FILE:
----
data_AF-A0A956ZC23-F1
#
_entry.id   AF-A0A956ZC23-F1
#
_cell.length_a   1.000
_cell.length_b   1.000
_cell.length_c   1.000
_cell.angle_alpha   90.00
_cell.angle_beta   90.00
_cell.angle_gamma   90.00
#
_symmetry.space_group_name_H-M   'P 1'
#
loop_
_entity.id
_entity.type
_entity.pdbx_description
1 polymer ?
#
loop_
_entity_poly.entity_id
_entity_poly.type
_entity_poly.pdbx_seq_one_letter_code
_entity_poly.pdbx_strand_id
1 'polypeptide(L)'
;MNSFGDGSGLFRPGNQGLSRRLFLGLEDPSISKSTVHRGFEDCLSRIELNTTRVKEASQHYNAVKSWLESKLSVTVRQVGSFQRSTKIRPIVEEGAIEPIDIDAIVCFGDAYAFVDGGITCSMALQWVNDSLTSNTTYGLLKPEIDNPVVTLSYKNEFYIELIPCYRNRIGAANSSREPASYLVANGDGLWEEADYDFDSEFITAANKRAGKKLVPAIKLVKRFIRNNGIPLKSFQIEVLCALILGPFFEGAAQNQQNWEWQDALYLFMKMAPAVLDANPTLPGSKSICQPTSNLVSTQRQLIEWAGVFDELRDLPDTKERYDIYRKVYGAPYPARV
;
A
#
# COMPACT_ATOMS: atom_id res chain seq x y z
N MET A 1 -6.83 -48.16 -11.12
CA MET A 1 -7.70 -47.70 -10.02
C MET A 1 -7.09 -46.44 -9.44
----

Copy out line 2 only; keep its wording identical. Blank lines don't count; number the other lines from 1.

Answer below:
#